Weekend Ride Exploring Victoria

Cancer is one of those things that touches everyone in one way or another. When Deb heard that one of her friends was running a charity stamp event in Horsham she was keen to go and support Pam. The event – ‘stamping out cancer’ was raising money for their local hospital so people could get treated locally rather than having to travel many hours from home.

The event was a huge success and generously supported by Stampin’ Up!, a number of local business, and with over 170 ladies coming out for the day. In total they raised just over $20,000. A great effort.

When Deb initially mentioned the weekend to me she suggested we take the bike. Okay, she had me at bike…. so we decided to make it into a long long weekend by taking Friday and Monday off and do a bit of exploring.

With Deb having a class on Friday morning we decided that she’d fly to Melbourne and I’d pick her up there where we’d do the last 300km together to Horsham. In hindsight I think she just didn’t want to drone down the freeway for 600km.


Setting off at 7:30am gave me heaps of time to stop and look around places I’ve just burned passed over the years. I just had to make sure that I was at the Melbourne airport by 4pm to pick up Deb.

After a couple of hours riding the GPS showed some nice symmetry with the travel numbers.


While over the years I have checked out most of the NSW towns along the freeway, I haven’t really stopped at any of the Victorian towns as I rarely stay on the freeway this long. Or if I do I’m on a mission to get somewhere on time. Today I had time on my side so I ducked off the freeway to check Glenrowan and Seymour in Victoria.

Glenrowan – the site of the final siege and capture of Ned Kelly and his gang in 1880.


Zed and Ned

Seymour – a few years ago my Nominal Rolls team assisted the Mitchell Shire Council by providing them a list of names for the Vietnam Veterans Commemorative Walk at Seymour in Victoria. The township of Seymour is close to Puckapunyal one of the Australia’s military training camps. The Commemorative Walk is a series of glass picture panels with the names of all Australian veterans who served in the Vietnam war.



Example of one of the glass panels on the Commemorative Walk

After picking Deb up from the Melbourne airport we headed out into the Melbourne peak hour trying to find our way out using old GPS maps and new roads. Eventually, and after a number of u-turns and wrong roads we were finally heading west with everyone else.

By 8:30pm we rolled into our motel at Horsham, 960km from rolling out of our driveway this morning.



After dropping Deb off at the event I went into exploration mode.

Just to the south west of Horsham is The Grampians, a small mountain range surrounded by flat farmland.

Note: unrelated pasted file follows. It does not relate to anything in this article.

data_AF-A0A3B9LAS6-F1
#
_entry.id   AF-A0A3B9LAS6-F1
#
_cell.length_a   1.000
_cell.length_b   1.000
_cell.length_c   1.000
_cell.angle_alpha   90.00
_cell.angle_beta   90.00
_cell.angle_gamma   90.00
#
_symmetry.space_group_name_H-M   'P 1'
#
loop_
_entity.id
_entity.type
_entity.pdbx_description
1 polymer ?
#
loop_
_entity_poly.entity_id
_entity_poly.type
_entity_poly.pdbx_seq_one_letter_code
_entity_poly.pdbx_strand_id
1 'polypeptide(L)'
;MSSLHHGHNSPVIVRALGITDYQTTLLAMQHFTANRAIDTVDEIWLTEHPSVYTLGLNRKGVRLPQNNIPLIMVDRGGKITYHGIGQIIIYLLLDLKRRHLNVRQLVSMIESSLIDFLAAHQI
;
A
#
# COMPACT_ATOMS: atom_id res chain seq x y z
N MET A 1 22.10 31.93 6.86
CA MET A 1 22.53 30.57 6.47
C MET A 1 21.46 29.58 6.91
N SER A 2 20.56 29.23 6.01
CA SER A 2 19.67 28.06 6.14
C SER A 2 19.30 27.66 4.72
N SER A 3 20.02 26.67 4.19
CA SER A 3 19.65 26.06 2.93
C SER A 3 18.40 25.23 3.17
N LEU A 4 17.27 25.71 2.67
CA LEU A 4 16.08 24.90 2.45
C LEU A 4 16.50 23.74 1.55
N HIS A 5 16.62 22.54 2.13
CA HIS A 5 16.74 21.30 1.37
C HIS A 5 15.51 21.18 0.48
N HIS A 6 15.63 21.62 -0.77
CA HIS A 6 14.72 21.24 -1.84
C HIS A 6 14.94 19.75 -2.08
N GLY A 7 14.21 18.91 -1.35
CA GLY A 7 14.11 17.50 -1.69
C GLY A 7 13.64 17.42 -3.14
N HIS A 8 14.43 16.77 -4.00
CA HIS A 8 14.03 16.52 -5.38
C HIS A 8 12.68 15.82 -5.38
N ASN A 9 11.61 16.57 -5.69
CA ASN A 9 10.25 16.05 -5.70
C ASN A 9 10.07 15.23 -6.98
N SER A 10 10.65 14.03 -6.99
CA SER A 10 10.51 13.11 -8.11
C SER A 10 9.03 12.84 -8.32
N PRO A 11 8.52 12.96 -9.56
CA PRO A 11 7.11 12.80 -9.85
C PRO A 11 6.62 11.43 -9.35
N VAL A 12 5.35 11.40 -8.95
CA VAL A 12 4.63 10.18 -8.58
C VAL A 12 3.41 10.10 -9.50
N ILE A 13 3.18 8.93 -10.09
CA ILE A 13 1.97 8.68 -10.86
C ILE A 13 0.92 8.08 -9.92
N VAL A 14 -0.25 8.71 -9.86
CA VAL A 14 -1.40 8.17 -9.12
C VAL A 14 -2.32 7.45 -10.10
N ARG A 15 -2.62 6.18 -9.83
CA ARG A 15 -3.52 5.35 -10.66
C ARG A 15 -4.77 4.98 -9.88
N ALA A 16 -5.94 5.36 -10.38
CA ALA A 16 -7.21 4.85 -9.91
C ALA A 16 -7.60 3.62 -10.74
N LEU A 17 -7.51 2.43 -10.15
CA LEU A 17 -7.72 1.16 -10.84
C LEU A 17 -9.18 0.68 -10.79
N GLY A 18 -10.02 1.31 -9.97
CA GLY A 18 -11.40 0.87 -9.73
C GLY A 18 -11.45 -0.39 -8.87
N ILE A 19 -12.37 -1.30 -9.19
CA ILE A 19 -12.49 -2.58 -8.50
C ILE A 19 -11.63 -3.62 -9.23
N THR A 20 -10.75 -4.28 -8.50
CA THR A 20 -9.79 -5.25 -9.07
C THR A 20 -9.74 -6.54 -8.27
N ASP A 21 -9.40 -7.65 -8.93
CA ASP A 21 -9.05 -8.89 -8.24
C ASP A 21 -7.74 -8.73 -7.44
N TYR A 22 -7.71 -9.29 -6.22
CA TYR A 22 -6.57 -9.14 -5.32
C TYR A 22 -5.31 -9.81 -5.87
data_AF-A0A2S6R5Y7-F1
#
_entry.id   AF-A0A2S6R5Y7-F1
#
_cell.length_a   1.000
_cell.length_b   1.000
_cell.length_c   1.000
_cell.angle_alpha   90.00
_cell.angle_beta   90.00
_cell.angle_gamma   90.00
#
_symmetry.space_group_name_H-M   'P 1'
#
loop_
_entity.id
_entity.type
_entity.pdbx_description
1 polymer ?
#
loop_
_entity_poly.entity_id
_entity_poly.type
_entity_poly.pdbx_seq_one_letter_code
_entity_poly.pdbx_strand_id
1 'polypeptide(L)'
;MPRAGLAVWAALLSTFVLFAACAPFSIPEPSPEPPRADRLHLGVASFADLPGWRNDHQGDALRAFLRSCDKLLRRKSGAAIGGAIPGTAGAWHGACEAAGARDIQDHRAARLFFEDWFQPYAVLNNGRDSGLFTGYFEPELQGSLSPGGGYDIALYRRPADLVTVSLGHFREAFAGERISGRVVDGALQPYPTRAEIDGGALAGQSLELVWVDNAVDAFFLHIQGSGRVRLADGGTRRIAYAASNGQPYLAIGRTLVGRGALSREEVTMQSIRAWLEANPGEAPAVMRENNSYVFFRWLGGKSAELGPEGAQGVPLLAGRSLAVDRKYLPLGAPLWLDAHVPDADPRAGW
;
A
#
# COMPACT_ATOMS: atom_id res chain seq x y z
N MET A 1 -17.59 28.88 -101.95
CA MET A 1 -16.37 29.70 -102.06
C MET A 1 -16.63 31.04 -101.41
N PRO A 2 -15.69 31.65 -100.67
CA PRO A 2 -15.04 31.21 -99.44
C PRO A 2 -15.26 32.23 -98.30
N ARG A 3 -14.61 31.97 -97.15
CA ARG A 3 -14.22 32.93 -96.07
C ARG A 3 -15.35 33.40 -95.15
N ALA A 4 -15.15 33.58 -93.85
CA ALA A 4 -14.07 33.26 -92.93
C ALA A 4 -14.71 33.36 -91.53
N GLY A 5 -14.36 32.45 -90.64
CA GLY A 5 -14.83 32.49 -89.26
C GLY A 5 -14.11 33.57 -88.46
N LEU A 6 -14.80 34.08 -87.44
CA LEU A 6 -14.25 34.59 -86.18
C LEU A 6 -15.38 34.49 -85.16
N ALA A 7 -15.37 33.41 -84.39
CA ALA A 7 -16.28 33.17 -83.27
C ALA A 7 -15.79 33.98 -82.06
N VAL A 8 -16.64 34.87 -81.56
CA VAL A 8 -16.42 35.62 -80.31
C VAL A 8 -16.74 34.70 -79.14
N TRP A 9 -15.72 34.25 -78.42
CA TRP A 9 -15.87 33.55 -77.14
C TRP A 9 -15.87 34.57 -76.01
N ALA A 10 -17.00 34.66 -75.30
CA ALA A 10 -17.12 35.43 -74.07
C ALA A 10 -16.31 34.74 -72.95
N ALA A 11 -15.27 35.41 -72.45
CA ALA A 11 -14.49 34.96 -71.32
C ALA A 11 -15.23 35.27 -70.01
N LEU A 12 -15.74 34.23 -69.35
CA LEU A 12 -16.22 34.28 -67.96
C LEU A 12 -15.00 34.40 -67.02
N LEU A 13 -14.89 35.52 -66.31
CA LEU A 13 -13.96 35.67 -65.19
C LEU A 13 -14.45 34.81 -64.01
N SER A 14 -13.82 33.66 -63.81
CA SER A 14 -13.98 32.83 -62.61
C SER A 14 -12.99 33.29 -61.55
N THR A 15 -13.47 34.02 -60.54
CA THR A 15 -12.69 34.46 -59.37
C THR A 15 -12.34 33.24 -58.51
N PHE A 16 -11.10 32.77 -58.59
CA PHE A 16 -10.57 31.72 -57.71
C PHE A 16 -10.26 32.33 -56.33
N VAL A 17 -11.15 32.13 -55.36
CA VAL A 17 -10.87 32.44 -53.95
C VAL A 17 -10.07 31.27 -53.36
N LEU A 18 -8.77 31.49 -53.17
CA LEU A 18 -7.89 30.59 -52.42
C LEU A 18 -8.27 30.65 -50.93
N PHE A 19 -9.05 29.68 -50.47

Essentially by exploring I mean ride aimlessly, taking every side road to lookouts and waterfalls, then jumping off the bike to go for a wander. And I have to say that motorcycle boots are not the best hiking boots!


Wandering down the 1.4km path to the Beehive waterfall


Overlooking Halls Gap from Boroka Lookout


Down on the banks of Lake Bellfield near Halls Gap



cool tractor mailbox on a back road to Horsham

Saturday was a cruisy 420km day including dinner at the Creekside Hotel in Warracknabeal with friends, 60km out of Horsham.


Around Australia there are now a number of small towns who have painted grain silos to create a bit of tourism. In this region of Victoria they have set up the Silo Art Trail between Rupanyup to Patchewollock connecting 6 very different silo art work.

The scale of these artworks is amazing and it is easy to get lost in the detail of these.  The Silo Art Trail is only but a few of the all the painted silos around the countryside.  I haven’t really found a compilation of all these artworks but if I find one I will link to it.




Sheep Hills






My assumption was that these painted silos were designed to create tourism in these small towns.  Therefore we skipped breakfast and opted to spend our money in one of the towns. We were wrong..! In the end we didn’t have breakfast until after midday at a lovely little cafe in a converted old church in Rosebury run by Maxine where we enjoyed a nice toastie, a coffee, and a chat.







From the end of the trail we head east to Echuca, which is an inland port town of old for moving cargo on and off paddle steamers on the Murray river and onto trains.

Sunday saw another 570km beneath our wheels.


and when in Rome…

A big touristy thing to do in Echuca is a ride on a paddle steamer. So we booked the earliest one hour ride we could find as we still have over 500km to get home. And it was so worth it! If you ever get there it is such a nice way to see the river. Next time we’d love to do an over-nighter.  The sounds and smells of the steamer is so much nicer than a diesel powered craft.



And then we followed the river back along the NSW/VIC border until we came to Wodonga where we pointed the bike north and headed back up the freeway to Canberra.  Getting home just after dark at 6:30pm after 550km for the day and a total of 2,500km for our 4 day getaway.


4 thoughts on “Weekend Ride Exploring Victoria

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